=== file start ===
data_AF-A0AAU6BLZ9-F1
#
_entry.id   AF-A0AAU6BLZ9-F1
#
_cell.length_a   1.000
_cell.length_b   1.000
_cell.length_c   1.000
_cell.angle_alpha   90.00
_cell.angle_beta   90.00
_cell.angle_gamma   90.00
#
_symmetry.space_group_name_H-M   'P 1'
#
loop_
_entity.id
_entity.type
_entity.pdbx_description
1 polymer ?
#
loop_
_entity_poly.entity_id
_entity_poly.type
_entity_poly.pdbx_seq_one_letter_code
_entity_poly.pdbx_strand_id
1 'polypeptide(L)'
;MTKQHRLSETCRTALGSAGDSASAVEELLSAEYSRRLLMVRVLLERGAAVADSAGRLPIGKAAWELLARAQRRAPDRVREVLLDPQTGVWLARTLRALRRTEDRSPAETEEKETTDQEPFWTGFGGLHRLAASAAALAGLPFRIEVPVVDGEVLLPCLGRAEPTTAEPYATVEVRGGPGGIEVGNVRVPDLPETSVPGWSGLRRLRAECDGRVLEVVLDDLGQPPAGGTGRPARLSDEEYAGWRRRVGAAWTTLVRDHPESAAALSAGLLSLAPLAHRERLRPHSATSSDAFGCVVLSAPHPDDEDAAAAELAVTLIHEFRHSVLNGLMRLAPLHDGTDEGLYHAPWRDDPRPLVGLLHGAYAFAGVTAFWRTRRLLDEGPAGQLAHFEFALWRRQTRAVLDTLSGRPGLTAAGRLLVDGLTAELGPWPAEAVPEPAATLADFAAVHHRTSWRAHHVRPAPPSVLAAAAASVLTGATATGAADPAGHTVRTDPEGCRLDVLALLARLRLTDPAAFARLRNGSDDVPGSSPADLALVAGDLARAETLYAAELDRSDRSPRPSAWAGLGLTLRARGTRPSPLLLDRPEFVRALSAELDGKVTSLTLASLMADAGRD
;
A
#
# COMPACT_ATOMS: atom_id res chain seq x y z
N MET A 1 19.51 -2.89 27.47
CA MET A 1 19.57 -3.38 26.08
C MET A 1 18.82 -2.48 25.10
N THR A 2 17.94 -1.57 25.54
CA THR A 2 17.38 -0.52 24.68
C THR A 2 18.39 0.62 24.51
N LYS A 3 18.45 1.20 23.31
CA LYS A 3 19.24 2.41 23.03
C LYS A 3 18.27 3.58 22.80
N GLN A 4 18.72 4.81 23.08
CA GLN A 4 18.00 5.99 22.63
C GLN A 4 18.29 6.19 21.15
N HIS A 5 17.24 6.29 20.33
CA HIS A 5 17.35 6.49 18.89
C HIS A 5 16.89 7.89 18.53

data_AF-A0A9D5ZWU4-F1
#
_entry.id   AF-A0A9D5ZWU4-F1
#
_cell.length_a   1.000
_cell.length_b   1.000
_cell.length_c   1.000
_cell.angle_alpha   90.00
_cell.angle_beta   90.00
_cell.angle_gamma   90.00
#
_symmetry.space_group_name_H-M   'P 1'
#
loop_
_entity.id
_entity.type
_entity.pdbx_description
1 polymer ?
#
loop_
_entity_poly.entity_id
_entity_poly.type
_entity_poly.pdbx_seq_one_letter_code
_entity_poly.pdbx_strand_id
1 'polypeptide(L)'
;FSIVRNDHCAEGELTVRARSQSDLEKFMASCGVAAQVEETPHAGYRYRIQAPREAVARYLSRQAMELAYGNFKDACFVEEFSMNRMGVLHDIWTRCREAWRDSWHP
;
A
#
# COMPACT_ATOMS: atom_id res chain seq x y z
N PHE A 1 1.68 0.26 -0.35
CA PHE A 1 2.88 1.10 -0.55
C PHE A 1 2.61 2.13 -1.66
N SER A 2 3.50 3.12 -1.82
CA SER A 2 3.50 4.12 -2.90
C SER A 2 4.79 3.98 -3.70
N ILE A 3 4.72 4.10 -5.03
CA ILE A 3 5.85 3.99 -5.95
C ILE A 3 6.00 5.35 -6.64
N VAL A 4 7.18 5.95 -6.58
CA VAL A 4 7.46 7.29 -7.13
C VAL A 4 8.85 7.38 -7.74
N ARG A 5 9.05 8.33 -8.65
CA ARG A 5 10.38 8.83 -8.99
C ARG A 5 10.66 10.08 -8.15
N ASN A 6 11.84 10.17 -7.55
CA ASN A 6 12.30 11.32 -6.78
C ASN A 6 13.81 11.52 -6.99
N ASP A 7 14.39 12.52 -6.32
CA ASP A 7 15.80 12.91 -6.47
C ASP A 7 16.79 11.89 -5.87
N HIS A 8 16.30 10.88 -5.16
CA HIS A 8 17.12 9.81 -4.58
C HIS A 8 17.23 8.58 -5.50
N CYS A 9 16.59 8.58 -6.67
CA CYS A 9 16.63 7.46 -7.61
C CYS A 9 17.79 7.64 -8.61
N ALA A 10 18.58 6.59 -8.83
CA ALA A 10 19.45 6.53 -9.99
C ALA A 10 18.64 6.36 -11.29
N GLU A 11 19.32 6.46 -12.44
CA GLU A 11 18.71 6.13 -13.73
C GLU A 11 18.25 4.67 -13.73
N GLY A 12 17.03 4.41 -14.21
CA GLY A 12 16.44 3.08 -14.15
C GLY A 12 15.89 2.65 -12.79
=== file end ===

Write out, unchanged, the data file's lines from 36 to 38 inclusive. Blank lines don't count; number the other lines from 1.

C THR A 2 18.39 0.62 24.51
N LYS A 3 18.45 1.20 23.31
CA LYS A 3 19.24 2.41 23.03